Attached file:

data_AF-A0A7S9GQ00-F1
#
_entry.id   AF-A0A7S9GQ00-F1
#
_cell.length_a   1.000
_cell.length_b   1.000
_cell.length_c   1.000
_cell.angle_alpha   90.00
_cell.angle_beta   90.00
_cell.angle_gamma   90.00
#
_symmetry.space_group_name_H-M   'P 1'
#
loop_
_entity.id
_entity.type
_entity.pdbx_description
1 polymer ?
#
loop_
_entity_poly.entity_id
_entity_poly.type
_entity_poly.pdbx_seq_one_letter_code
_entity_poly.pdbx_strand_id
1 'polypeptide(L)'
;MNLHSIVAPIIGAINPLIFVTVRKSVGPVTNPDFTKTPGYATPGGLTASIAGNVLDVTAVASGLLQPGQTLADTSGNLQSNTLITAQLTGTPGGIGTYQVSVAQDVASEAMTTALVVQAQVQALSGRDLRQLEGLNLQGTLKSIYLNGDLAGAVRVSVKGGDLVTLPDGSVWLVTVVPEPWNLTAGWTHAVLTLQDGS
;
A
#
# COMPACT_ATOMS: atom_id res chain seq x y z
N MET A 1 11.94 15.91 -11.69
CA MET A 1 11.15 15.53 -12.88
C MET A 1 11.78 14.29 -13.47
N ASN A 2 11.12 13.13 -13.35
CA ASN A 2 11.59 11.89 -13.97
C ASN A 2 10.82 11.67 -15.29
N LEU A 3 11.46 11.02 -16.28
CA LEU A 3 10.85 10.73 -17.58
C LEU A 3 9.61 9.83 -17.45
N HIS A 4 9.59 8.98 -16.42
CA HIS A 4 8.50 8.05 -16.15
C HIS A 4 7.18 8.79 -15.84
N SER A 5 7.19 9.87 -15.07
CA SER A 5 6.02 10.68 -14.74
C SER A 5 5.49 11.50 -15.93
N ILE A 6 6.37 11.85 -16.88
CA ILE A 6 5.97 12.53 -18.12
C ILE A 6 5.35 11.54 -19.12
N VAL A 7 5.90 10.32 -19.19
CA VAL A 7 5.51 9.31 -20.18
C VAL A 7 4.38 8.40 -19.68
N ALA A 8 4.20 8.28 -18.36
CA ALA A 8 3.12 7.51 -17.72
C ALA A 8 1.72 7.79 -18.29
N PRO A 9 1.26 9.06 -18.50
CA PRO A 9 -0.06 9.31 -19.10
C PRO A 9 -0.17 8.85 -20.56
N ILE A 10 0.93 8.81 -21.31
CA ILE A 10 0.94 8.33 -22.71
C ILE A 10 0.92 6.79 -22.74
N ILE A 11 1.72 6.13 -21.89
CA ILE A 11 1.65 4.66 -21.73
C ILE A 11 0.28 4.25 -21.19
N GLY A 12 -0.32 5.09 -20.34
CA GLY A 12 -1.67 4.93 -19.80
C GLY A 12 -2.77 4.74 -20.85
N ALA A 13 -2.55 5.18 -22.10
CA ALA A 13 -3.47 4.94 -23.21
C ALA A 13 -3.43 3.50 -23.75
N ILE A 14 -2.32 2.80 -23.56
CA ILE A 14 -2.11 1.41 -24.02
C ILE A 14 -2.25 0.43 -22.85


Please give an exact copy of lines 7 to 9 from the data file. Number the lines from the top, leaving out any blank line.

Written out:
_cell.length_c   1.000
_cell.angle_alpha   90.00
_cell.angle_beta   90.00